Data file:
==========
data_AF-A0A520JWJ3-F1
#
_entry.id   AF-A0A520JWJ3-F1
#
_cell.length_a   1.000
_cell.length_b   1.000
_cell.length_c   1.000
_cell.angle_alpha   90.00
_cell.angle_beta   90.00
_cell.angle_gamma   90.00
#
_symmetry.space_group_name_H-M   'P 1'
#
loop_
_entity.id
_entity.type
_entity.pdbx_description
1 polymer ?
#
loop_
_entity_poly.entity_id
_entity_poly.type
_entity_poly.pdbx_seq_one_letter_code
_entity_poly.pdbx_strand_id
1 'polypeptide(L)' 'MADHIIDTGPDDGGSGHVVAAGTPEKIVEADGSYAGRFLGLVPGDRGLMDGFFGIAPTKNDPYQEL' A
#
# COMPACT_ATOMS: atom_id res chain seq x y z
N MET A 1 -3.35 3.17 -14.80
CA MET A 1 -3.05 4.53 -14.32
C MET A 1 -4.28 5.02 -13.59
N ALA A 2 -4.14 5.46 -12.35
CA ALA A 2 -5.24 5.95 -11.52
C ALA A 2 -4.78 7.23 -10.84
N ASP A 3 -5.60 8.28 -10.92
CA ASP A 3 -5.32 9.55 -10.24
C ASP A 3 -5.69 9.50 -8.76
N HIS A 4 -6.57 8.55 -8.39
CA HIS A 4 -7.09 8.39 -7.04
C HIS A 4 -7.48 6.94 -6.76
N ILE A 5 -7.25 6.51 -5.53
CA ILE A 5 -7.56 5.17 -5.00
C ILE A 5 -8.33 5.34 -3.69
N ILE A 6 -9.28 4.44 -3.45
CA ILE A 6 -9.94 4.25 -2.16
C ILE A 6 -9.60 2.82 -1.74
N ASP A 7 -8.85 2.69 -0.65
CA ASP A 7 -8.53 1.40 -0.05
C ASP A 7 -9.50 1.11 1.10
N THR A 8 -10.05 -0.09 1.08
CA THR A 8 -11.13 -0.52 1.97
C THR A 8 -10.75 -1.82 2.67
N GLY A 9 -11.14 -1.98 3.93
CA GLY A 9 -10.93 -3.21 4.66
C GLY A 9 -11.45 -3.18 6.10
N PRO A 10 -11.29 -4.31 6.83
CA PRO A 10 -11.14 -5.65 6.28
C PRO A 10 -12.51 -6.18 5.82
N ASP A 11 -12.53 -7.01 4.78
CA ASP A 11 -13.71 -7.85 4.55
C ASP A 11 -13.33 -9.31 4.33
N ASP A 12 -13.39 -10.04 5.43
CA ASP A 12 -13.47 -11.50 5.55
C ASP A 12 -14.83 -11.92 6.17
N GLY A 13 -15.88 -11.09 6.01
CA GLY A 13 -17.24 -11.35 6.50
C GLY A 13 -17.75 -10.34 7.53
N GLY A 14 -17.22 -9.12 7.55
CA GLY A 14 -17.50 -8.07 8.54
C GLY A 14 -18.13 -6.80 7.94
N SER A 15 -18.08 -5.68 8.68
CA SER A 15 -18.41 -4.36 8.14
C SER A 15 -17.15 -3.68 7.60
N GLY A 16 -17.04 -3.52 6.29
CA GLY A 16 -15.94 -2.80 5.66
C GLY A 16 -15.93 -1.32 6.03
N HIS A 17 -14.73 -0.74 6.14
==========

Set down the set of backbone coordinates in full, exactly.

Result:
data_AF-A0A520JWJ3-F1
#
_entry.id   AF-A0A520JWJ3-F1
#
_cell.length_a   1.000
_cell.length_b   1.000
_cell.length_c   1.000
_cell.angle_alpha   90.00
_cell.angle_beta   90.00
_cell.angle_gamma   90.00
#
_symmetry.space_group_name_H-M   'P 1'
#
loop_
_entity.id
_entity.type
_entity.pdbx_description
1 polymer ?
#
loop_
_entity_poly.entity_id
_entity_poly.type
_entity_poly.pdbx_seq_one_letter_code
_entity_poly.pdbx_strand_id
1 'polypeptide(L)' 'MADHIIDTGPDDGGSGHVVAAGTPEKIVEADGSYAGRFLGLVPGDRGLMDGFFGIAPTKNDPYQEL' A
#
# COMPACT_ATOMS: atom_id res chain seq x y z
N MET A 1 -3.35 3.17 -14.80
CA MET A 1 -3.05 4.53 -14.32
C MET A 1 -4.28 5.02 -13.59
N ALA A 2 -4.14 5.46 -12.35
CA ALA A 2 -5.24 5.95 -11.52
C ALA A 2 -4.78 7.23 -10.84
N ASP A 3 -5.60 8.28 -10.92
CA ASP A 3 -5.32 9.55 -10.24
C ASP A 3 -5.69 9.50 -8.76
N HIS A 4 -6.57 8.55 -8.39
CA HIS A 4 -7.09 8.39 -7.04
C HIS A 4 -7.48 6.94 -6.76
N ILE A 5 -7.25 6.51 -5.53
CA ILE A 5 -7.56 5.17 -5.00
C ILE A 5 -8.33 5.34 -3.69
N ILE A 6 -9.28 4.44 -3.45
CA ILE A 6 -9.94 4.25 -2.16
C ILE A 6 -9.60 2.82 -1.74
N ASP A 7 -8.85 2.69 -0.65
CA ASP A 7 -8.53 1.40 -0.05
C ASP A 7 -9.50 1.11 1.10
N THR A 8 -10.05 -0.09 1.08
CA THR A 8 -11.13 -0.52 1.97
C THR A 8 -10.75 -1.82 2.67
N GLY A 9 -11.14 -1.98 3.93
CA GLY A 9 -10.93 -3.21 4.66
C GLY A 9 -11.45 -3.18 6.10
N PRO A 10 -11.29 -4.31 6.83
CA PRO A 10 -11.14 -5.65 6.28
C PRO A 10 -12.51 -6.18 5.82
N ASP A 11 -12.53 -7.01 4.78
CA ASP A 11 -13.71 -7.85 4.55
C ASP A 11 -13.33 -9.31 4.33
N ASP A 12 -13.39 -10.04 5.43
CA ASP A 12 -13.47 -11.50 5.55
C ASP A 12 -14.83 -11.92 6.17
N GLY A 13 -15.88 -11.09 6.01
CA GLY A 13 -17.24 -11.35 6.50
C GLY A 13 -17.75 -10.34 7.53
N GLY A 14 -17.22 -9.12 7.55
CA GLY A 14 -17.50 -8.07 8.54
C GLY A 14 -18.13 -6.80 7.94
N SER A 15 -18.08 -5.68 8.68
CA SER A 15 -18.41 -4.36 8.14
C SER A 15 -17.15 -3.68 7.60
N GLY A 16 -17.04 -3.52 6.29
CA GLY A 16 -15.94 -2.80 5.66
C GLY A 16 -15.93 -1.32 6.03
N HIS A 17 -14.73 -0.74 6.14